In addressing the ethical challenges of the national security lawyer, the panel will discuss: What is the mission of a national security government lawyer?  To whom and to what is loyalty ultimately owed?  And, when loyalties conflict, which loyalties/duties should prevail?  What does it mean to swear an oath to the Constitution?  Does the Constitution supersede the Model Rules?  How do the answers vary in private practice?  Do lawyers have a heightened duty of ethical conduct when it comes to social media use? The national security lawyer’s advice almost inevitably “may refer not only to law but to other considerations such as moral, economic, social and political factors, that may be relevant to the client's situation” as provided by ABA Model Rules of Professional Conduct Rule 2.1.  However, neither the rule nor the commentary makes it clear that while the discussion of those factors is confidential as provided by Rule 1.6, it is not necessarily covered by the attorney-client privilege.  Should the rule be amended and/or a disclosure by the attorney be required? 


  • William Renn Gade, General Counsel, Defense Intelligence Agency


  • Major General Charles Dunlap Jr., USAF (ret.), Professor of the Practice of Law & Executive Director, Center on Law, Ethics and National Security, Duke University School of Law
  • Colonel Katherine Oler, USAF (ret.), Special Master, U.S. Court of Federal Claims
  • Kristin St. Peter, Principal Deputy General Counsel, Defense Intelligence Agency

11:00 a.m. – 11:15 a.m. | Break

11:15 a.m. – 12:15 p.m. | Lunch

12:15 p.m. - 12:45 p.m. | Remarks

Michael Leiter, Partner, Skadden, Arps, Slate, Meagher & Flom, Former Director, National Counterterrorism Center

12:15 p.m. – 2:00 p.m. | Panel VIII – Needed Reform or Constitutional Minefield? Proposals to Create a Federal Crime of Domestic Terrorism

A dramatic rise in mass shootings in the United States has generated calls for action, amongst which is a proposal to construct a new crime of “domestic terrorism.” Proponents call for modeling it after 18 U.S.C. §2332b, tying it to the same enumerated crimes when committed with the intent “to intimidate or coerce a civilian population,” or “to influence the policy of a government by intimidation or coercion.” The proposed measures would further outlaw providing material support as reflect in 18 USC §2339A. Opponents note that killing, kidnapping, maiming, and assault are already illegal, making a new crime unnecessary and, as proposed, potentially unconstitutional—not least because of significant First, Second, Fourth, and Fifth Amendment concerns. Panelists bring their expertise as prosecutors, defense attorneys, government lawyers, civil rights advocates, and scholars to bear on the important and controversial question of whether Congress can, and should, create a new crime of domestic terrorism.


  • Laura Donohue, Professor of Law and Director, Center on National Security and the Law and Center on Privacy and Technology, Georgetown University Law Center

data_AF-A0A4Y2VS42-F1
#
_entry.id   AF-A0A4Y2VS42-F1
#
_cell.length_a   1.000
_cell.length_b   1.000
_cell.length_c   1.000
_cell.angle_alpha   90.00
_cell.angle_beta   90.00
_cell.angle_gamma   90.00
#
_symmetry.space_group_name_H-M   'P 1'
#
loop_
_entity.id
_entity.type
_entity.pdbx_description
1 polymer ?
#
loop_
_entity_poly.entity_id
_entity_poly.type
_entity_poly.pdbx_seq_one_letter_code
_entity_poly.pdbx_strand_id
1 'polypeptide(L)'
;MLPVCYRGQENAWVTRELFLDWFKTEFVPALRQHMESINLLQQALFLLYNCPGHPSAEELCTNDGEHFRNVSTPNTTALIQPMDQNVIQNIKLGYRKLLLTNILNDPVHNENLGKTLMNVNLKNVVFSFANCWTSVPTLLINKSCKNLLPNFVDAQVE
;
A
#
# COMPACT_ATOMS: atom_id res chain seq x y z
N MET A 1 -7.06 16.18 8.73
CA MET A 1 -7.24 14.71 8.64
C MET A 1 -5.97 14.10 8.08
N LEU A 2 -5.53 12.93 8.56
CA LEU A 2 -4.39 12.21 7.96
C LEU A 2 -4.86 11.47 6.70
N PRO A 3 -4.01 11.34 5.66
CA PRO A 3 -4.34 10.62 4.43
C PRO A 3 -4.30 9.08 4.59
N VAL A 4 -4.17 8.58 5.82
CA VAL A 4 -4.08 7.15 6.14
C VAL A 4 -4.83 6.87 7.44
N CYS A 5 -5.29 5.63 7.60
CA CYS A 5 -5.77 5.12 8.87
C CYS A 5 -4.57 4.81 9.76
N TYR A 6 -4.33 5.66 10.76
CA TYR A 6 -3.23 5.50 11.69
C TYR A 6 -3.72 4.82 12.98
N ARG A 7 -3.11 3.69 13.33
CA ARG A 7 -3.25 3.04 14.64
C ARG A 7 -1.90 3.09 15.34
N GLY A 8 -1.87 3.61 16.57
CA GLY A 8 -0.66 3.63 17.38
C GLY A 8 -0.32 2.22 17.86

• Mary McCord, Visiting Professor of Law and Senior Litigator from Practice, Institute for Constitutional Advocacy and Protection, Georgetown University Law Center
  • Harsha Panduranga, Counsel, Liberty & National Security Program, Brennan Center for Justice at NYU School of Law
  • Shirin Sinnar,  Professor of Law and John A. Wilson Faculty Scholar, Stanford University Law School

2:00 p.m. – 2:15 p.m. | Break

2:15 p.m. – 3:30 p.m.  | Panel IX – The Role of the Courts in National Security

Through a moderated discussion with seasoned experts in national security litigation, the panel will review recent decisions relating to national security, discuss significant legal issues including standing, deference and state secrets, and address more generally the appropriate role for the courts


  • Robert Litt, Of Counsel, Morrison & Foerster


  • John Bellinger, Partner, Arnold & Porter
  • Hon. James Boasberg, Judge, U.S. District Court for the District of Columbia
  • Robert Eatinger, Jr., Partner, Dunlap, Bennett & Ludwig
  • Hina Shamsi, Director, National Security Project, American Civil Liberties Union

3:30 p.m. – 3:45 p.m. | Break

3:45 p.m. – 5:00 p.m. | Panel X – Persistent Engagement: The New Cyber Command Policy for Defense 

In the modern age of engagement, states are struggling for appropriate cyber policies and legal responses.  The appropriate legal framework and legal norms to approach this dynamic issue will be explored by the panel.  


  • Harvey Rishikof, Senior Counselor, ABA Standing Committee on Law and National Security


  • Jamil Jaffer, Founder and Executive Director, National Security Institute, Antonin Scalia Law School, George Mason University


  • Colonel Gary Corn, USA, (ret.) Program Director, Tech, Law and Security Program, American University Washington College of Law
  • Emily Goldman, Cyber Lead, Policy Planning Staff, Office of the Secretary, U.S. State Department
  • Catherine Lotrionte, Brent Scowcroft Scholar, Cyber Statecraft Initiative, Scowcroft Center for Strategy and Security, Atlantic Council
  • David Mussington, Ph.D, CISSP, Professor of the Practice, School of Public Policy, Director, Center for Public Policy and Private Enterprise, University of Maryland School of Public Policy Cybersecurity Initiative

5:00 p.m. | CLE Sign Out